There are 1,300,000 prostate biopsies performed annually that detect about 218,000 new cases of prostate cancer in the United States. Additionally, those prostate biopsies identify 115,000 independent cases of prostatic intraepithelial neoplasia (PIN) without cancer each year, representing about 9% of total cases. PIN was first described in the 1960s as 'intraductal dysplasia '. PIN features pre-existing prostatic ducts and acini lined by cytologically atypical cells, and are subdivided into low grade (LGPIN) and high grade PIN (HGPIN). The clinical significance of PIN is in its predictive value as a marker for diagnosis of prostate cancer. However, studies have shown that there are certain portions of HGPIN lesions that can remain in pre-malignant stages and do not progress to prostate cancer while others progress to advance disease. These discrepancies have prevented us from making early and accurate diagnosis and providing immediate and effective treatment for patients. They also result in significant unnecessary costs and negatively impact our healthcare system and economy. Therefore, there is an urgent need to investigate and define cellular properties of atypical cells and their molecular determinants that can promote PIN oncogenic progression to prostate cancer. The androgen signaling pathway, mediated through the androgen receptor (AR) and its ligands, testosterone and 5?ihydrotestosterone (DHT), is essential for prostate cancer initiation and progression. It has been shown that dysregulation of the androgen pathway directly contributes to prostatic oncogenic transformation and progression from PIN to prostate cancer. Intriguingly, androgen ablation can significantly reduce the prevalence and extent of PIN lesions, suggesting that the growths of atypical cells in PIN lesions are exquisitely androgen-dependent. This result also implies that androgen ablation therapy can inhibit PIN progression and may have a clinical application in preventing and reducing prostate cancer in men. However, the precise role for abnormal activation of androgen signaling in inducing oncogenic transformation during PIN initiation is largely unknown. It is also unclear why certain PIN lesions are able to progress to prostate cancer and others remain in "pre-malignant status". In this new R21 application, we will use our new AR transgenic mouse model, R26hARL/wt;Osr1-Cre mice to test our central hypothesis that abnormal activation of androgen signaling directly contributes to PIN initiation and progression and thus inhibition of androgen signaling can repress PIN development and prevent its progression to prostatic adenocarcinoma.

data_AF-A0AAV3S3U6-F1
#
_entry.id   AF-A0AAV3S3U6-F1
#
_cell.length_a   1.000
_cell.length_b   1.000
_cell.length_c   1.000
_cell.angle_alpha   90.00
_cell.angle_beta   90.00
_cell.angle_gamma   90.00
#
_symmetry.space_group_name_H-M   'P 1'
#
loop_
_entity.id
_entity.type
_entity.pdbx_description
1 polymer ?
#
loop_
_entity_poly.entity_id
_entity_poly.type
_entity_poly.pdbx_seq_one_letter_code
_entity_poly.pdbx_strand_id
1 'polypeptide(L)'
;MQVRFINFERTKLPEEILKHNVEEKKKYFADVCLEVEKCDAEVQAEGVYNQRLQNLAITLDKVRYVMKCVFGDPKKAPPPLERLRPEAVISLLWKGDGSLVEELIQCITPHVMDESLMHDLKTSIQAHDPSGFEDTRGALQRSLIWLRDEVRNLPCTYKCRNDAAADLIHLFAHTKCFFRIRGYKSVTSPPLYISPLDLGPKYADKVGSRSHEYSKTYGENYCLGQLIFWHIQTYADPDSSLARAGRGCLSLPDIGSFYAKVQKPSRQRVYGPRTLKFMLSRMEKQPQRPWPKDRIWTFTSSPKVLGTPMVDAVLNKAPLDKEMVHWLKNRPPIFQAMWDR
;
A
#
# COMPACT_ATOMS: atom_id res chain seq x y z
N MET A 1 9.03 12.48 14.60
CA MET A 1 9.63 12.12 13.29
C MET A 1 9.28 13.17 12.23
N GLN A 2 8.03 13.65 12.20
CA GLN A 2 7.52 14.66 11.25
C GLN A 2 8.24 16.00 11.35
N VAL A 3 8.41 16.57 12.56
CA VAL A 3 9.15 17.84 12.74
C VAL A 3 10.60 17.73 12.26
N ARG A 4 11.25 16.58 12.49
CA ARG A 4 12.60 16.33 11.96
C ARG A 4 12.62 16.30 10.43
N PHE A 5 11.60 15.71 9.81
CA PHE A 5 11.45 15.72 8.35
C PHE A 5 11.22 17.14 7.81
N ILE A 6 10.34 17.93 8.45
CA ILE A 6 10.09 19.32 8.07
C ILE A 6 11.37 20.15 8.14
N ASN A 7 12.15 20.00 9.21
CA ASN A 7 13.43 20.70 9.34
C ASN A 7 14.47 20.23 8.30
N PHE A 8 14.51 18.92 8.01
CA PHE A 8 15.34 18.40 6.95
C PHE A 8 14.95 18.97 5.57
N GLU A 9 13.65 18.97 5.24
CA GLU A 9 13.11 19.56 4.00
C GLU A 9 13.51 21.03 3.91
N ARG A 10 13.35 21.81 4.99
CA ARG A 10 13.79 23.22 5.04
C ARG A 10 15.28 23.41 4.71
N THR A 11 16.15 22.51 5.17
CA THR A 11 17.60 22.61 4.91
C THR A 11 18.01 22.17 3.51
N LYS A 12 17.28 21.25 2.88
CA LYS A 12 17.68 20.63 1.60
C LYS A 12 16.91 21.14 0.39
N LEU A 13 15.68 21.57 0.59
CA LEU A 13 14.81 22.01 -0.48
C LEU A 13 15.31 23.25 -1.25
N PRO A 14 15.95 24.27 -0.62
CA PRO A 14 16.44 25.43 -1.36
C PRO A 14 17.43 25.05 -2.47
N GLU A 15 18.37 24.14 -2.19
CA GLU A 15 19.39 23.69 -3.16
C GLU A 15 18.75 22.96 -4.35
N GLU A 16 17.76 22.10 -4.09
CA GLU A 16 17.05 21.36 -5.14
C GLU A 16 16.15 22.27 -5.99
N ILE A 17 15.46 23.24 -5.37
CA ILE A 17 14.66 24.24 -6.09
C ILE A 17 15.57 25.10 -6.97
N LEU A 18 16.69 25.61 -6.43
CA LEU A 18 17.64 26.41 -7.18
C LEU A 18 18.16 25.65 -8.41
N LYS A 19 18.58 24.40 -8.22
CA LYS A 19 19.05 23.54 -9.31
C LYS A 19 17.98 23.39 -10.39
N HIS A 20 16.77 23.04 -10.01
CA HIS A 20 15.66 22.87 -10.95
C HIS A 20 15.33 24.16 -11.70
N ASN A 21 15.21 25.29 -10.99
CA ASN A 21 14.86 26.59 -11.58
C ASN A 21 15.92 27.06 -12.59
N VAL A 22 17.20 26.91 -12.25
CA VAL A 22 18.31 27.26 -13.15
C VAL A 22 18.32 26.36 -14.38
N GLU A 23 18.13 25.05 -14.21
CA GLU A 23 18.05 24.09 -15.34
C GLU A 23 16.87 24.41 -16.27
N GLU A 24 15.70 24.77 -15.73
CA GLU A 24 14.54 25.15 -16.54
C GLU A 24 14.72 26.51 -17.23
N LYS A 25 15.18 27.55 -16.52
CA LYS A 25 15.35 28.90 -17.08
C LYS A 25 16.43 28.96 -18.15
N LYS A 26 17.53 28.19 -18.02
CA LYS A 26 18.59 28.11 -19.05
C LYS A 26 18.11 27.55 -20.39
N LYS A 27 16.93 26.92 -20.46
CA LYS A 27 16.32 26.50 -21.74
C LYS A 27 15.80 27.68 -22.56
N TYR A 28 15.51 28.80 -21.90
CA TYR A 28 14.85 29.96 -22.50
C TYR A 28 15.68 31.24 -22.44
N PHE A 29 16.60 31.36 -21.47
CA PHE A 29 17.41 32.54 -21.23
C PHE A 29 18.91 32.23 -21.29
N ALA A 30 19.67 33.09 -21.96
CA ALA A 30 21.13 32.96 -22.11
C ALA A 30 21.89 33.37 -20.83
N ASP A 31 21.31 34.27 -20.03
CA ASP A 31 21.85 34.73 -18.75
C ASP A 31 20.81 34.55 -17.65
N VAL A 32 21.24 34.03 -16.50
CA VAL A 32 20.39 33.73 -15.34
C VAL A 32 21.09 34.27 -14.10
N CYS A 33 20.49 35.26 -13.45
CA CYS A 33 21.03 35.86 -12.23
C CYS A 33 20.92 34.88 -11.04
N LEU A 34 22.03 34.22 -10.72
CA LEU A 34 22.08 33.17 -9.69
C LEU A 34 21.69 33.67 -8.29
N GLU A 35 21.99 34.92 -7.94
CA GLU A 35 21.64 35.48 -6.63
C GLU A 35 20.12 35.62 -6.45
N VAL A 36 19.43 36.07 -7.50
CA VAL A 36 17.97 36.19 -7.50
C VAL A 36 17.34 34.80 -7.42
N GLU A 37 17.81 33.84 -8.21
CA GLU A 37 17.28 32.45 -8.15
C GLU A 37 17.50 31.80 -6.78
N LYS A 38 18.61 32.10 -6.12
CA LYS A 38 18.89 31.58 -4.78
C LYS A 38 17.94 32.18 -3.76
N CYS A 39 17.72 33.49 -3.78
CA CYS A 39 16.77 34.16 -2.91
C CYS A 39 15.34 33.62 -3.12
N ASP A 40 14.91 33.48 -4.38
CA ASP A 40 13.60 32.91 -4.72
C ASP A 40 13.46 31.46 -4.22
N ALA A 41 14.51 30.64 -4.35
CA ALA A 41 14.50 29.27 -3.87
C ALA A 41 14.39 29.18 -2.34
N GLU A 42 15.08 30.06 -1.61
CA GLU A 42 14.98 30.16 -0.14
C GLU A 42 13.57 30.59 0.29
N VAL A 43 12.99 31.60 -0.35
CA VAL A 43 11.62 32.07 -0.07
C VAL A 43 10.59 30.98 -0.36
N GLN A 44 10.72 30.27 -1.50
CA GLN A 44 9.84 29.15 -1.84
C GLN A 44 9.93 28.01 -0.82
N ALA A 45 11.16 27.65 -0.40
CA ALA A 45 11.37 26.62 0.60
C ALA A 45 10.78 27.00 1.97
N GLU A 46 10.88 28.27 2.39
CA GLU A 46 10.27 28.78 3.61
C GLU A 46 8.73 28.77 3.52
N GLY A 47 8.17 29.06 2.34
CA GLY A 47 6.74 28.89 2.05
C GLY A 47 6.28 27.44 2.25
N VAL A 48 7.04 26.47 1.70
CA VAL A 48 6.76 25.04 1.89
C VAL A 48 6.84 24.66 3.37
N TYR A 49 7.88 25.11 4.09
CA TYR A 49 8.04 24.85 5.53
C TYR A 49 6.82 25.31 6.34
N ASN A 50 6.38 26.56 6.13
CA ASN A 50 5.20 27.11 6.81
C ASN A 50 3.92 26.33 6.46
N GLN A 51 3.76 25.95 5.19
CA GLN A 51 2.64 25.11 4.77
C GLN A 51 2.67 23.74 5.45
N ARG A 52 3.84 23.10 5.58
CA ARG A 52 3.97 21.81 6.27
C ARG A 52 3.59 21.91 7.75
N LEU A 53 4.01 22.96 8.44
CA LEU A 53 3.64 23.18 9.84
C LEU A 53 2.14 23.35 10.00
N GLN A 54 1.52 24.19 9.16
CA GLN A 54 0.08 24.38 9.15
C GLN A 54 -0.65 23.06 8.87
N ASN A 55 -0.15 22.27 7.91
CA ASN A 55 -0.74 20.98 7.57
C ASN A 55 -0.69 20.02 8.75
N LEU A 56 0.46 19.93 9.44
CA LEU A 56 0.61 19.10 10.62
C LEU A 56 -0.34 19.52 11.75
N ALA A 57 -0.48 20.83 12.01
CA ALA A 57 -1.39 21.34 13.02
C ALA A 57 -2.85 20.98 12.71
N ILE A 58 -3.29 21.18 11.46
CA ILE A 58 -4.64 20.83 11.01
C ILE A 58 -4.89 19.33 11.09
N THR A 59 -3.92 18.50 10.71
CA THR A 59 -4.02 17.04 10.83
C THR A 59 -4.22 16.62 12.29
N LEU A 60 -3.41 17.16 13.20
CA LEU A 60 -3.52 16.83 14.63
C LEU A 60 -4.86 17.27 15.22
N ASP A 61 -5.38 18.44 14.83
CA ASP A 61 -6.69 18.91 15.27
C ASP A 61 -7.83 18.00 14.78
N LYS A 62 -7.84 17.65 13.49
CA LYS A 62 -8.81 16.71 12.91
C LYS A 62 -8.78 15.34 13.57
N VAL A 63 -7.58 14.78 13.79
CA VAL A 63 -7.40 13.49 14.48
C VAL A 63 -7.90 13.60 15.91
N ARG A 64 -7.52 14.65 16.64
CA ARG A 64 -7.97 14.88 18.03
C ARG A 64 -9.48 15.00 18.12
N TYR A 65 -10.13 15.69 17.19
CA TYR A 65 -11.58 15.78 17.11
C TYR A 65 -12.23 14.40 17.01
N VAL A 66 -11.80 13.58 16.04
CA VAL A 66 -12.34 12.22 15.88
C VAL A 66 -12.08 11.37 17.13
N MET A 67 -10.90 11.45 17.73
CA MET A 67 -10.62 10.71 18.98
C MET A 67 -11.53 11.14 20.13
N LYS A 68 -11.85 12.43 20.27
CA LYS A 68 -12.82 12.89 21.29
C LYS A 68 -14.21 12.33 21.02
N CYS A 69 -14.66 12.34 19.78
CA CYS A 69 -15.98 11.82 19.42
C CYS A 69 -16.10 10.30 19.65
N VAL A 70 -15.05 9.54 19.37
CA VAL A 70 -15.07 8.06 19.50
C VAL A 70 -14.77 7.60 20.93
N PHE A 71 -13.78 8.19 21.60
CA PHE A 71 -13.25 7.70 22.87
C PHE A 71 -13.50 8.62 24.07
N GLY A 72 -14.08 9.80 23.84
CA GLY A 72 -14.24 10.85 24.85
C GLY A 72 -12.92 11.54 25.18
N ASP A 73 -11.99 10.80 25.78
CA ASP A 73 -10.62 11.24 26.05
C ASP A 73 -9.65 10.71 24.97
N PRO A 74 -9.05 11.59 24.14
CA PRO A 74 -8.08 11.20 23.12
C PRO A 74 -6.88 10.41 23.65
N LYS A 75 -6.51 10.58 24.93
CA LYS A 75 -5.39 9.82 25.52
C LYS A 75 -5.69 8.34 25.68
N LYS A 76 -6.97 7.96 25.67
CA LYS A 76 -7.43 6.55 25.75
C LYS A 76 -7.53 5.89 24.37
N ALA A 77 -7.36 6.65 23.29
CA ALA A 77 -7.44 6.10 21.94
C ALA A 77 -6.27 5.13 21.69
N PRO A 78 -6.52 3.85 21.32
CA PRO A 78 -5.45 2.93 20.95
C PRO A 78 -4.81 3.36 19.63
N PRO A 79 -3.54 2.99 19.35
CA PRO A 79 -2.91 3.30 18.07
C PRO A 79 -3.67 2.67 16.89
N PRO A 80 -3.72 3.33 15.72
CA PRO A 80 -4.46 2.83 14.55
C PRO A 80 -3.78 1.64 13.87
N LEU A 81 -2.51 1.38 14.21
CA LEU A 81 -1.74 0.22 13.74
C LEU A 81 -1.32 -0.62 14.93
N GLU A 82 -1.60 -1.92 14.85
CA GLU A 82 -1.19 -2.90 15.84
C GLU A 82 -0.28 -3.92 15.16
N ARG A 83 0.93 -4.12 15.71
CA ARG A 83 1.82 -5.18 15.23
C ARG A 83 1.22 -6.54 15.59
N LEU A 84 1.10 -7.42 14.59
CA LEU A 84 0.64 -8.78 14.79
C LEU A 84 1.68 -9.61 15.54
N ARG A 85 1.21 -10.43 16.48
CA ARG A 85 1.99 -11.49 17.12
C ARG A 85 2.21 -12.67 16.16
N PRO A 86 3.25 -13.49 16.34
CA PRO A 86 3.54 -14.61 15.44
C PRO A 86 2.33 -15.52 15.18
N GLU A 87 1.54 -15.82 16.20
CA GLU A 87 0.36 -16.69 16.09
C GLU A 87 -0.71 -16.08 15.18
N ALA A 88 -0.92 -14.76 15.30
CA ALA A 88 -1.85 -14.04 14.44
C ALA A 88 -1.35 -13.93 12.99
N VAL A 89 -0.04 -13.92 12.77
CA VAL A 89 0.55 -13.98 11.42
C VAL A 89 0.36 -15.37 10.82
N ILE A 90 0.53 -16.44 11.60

Two specific aims are proposed to address two important questions: 1) Are PIN initiation and progression fully androgen-dependent and can androgen ablation prevent malignant progression of PIN to prostatic adenocarcinomas? and 2) What are the cellular and molecular properties of atypical cells in PIN lesions and how does abnormal activation of androgen signaling induce PIN initiation and oncogenic progression?

Public Health Relevance

Two specific aims are proposed in this new R21 application to investigate androgen signaling in the pathogenesis of prostatic intraepithelial neoplasia (PIN). Data generated from this study should lead to the development of new therapeutic strategies for preventing and treating these premalignant lesions.

Agency
National Institute of Health (NIH)
Institute
National Cancer Institute (NCI)
Type
Exploratory/Developmental Grants (R21)
Project #
1R21CA190021-01
Application #
8791506
Study Section
Special Emphasis Panel (ZCA1-GRB-P (A1))
Program Officer
Parnes, Howard L
Project Start
2014-09-15
Project End
2016-08-31
Budget Start
2014-09-15
Budget End
2015-08-31
Support Year
1
Fiscal Year
2014
Total Cost
$179,224
Indirect Cost
$70,474
Name
Stanford University
Department
Urology
Type
Schools of Medicine
DUNS #
009214214
City
Stanford
State
CA
Country
United States
Zip Code
94305